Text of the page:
Your dog has a rich and varied vocabulary that includes barking, howling and growling. One of the first things he learned to do was whine. Dog owners typically see whining as a sign that something is wrong. While this is sometimes true, whining can be a sign of happiness, ice-breaking or simply a learned habit. By observing your dog’s other behavior and body language, and by taking into account the context in which he is whining, you’ll be able to translate the meaning of any whine.
Dogs who are in distress or are experiencing anxiety typically whine to alert their fellow pack members that something is wrong. Separation anxiety is a classic cause of whining. Lucky thinks you’ve forgotten about him, so he whines to let you know. It’s a behavior he learned as a puppy. Rather than making him stop whining, your best approach is to help him get used to being isolated. This way, you cure the anxiety and not the whining.
Naturally submissive dogs are often very keen to show deference to other dogs and people. This helps two dogs quickly establish social roles. Whining as an appeasement behavior is a great way of doing this. It is almost as if your dog is saying, “Hey, I don’t want any trouble, you’re the boss.” If your dog has tucked his tail underneath his body, is cowering and avoiding eye contact, his whining is probably due to wanting to appear non-threatening.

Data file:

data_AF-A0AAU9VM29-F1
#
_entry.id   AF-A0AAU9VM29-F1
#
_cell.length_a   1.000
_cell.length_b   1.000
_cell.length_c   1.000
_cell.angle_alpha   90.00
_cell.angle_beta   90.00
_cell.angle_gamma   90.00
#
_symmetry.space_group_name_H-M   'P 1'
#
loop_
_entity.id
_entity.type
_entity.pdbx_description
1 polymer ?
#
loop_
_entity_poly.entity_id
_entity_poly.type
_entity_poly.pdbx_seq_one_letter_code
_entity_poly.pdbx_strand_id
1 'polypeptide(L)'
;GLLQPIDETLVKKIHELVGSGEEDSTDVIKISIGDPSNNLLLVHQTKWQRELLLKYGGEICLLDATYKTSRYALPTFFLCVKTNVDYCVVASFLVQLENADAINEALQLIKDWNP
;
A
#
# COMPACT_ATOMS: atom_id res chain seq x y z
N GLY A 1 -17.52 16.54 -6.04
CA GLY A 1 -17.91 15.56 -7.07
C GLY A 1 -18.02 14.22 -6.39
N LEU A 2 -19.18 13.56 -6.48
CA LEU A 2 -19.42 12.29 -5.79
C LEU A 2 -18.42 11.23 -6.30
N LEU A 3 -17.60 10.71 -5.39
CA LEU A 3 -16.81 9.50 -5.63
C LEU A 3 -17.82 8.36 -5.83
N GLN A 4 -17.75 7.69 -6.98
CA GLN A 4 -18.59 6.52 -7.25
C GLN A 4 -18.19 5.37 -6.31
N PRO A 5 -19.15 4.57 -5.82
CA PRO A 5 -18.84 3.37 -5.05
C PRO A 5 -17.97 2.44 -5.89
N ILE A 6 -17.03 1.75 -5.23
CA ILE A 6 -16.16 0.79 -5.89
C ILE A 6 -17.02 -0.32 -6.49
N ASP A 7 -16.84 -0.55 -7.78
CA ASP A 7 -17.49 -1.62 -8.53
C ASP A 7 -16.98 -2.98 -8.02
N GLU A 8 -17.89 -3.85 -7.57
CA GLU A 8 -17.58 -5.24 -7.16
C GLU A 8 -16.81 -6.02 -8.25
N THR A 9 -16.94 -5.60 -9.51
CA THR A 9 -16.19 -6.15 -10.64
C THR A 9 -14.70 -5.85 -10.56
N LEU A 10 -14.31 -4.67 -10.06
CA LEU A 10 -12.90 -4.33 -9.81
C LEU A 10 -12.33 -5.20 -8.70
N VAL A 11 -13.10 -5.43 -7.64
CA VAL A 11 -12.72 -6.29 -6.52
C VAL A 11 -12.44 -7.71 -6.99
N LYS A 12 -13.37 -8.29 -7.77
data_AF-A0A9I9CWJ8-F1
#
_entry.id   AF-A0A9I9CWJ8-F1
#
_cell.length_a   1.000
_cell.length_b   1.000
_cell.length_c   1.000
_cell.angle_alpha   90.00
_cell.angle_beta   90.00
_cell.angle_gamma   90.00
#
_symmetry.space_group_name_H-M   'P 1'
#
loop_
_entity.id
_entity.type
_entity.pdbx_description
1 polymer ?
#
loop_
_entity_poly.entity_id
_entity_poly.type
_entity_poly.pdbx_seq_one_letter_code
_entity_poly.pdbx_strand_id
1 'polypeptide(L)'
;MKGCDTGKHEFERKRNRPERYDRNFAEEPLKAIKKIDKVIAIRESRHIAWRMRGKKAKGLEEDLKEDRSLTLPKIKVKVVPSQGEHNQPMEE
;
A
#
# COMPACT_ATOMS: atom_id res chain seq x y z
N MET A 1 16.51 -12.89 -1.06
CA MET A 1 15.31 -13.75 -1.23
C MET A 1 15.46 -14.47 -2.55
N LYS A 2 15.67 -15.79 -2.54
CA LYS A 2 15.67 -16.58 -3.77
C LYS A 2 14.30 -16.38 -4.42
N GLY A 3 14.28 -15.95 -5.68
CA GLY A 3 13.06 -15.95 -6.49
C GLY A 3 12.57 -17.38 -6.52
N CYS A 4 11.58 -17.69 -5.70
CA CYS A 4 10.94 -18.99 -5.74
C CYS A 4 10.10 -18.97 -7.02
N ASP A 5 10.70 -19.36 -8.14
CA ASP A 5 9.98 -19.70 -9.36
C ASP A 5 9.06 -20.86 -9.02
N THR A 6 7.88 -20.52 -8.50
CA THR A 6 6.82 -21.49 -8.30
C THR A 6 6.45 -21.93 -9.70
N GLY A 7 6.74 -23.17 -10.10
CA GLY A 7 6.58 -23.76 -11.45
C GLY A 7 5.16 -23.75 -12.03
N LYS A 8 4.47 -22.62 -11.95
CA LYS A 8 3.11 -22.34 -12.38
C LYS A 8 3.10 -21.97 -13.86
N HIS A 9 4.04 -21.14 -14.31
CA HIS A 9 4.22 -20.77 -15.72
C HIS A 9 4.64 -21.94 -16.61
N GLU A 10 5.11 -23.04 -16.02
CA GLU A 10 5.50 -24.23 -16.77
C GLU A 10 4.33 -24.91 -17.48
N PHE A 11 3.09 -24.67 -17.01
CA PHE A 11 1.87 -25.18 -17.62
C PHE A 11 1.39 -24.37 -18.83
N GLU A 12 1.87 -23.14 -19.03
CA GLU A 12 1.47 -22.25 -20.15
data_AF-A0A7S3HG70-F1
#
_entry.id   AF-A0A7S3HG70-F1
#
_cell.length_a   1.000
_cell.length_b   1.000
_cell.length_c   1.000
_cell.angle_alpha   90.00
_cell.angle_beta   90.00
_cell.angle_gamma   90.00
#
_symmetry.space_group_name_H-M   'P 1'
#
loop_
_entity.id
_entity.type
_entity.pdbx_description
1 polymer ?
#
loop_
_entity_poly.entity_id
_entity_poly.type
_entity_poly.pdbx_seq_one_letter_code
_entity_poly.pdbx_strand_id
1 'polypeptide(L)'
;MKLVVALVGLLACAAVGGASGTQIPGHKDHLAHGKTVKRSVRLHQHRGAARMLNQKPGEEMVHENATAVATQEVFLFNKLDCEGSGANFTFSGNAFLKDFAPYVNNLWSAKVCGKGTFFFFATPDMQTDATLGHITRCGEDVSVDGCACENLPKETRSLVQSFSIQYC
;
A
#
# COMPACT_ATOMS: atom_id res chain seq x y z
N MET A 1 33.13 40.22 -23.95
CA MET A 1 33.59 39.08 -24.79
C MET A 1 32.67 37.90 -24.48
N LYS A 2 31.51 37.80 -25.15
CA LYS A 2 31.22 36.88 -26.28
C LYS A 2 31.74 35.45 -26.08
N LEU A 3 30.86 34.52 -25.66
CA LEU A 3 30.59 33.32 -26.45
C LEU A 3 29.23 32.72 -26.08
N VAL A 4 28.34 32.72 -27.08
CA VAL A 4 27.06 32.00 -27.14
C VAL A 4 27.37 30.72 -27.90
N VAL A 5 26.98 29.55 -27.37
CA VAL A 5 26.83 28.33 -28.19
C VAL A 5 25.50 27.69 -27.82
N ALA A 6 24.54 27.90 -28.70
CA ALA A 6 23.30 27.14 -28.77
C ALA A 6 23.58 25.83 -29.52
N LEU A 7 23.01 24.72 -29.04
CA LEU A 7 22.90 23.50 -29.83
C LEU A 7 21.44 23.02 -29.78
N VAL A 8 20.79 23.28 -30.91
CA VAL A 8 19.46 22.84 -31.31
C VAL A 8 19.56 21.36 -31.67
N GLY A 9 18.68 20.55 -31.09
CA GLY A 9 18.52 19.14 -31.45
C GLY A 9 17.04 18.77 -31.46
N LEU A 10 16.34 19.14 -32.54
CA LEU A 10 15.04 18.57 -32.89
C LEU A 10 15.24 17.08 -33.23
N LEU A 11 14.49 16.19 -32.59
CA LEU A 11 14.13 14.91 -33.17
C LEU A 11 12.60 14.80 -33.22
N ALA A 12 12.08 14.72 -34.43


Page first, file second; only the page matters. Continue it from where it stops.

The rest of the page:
If you’ve ever accidentally stepped on Lucky’s paw, you’ll be familiar with the pain whine. It’s a brief, high-pitched yelp, that no doubt made you jump out of your skin. The purpose of this whine is to communicate that what you’re doing is causing pain. In the wild, dogs use their whine to signal when play has become too rough. Dogs will also whine when ill. If Lucky is persistently whining, not eating and is low on energy, take him to the vet.
Some dogs emit a high-pitched, brief growl when excited, especially during play. Other dogs whine when excited. It depends entirely on the personality and upbringing of the dog. Many dogs whine as a greeting; they are simply so pleased to see you that they can’t help it. A wagging tail, alert expression and inability not to lick your face are signs that your dog is whining because he’s excited.
Remember when you stepped on Lucky’s paw and he whined? You probably lavished him with fuss and love to say sorry, right? Well, if Lucky is whining for no apparent reason, it may be that he thinks whining gets him attention. The best way to deal with this, once you’ve ruled out a medical problem, is to ignore Lucky when he whines. You’ll feel really mean to begin with, but it’s for his own good.
By Simon Foden
WebMD: How to Curb Whining in Dogs
British Colombia Society for the Prevention of Cruelty to Animals: Preventing or Reducing Excitable Behavior in Dogs
Vet Street: Why Does My Dog Whine So Much?
About the Author
Simon Foden has been a freelance writer and editor since 1999. He began his writing career after graduating with a Bachelors of Arts degree in music from Salford University. He has contributed to and written for various magazines including "K9 Magazine" and "Pet Friendly Magazine." He has also written for Dogmagazine.net.